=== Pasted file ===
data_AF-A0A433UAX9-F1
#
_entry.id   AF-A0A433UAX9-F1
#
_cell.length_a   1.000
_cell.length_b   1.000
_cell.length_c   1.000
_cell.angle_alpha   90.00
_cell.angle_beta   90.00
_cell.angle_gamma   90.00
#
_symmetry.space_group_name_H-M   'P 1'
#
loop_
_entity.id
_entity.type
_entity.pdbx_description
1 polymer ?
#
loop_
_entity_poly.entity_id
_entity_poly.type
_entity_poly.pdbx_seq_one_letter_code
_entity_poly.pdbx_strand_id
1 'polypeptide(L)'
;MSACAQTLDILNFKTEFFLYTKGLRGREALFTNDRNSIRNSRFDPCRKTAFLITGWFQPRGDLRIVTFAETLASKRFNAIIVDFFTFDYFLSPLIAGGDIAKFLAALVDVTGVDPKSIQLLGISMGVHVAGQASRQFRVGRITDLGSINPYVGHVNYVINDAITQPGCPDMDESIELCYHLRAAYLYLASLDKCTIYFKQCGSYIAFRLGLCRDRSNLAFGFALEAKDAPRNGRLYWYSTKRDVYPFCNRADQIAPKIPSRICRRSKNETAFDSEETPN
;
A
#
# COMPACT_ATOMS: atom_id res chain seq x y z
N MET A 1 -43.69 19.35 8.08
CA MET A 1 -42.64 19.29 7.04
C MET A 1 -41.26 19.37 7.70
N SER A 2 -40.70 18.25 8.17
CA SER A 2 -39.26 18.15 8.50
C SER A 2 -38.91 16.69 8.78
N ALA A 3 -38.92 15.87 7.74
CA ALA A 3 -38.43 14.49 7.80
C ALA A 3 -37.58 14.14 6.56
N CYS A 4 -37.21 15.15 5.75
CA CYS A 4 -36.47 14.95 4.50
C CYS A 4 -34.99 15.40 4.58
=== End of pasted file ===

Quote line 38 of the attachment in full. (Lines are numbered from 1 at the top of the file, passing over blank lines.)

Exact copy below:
CA ALA A 3 -38.43 14.49 7.80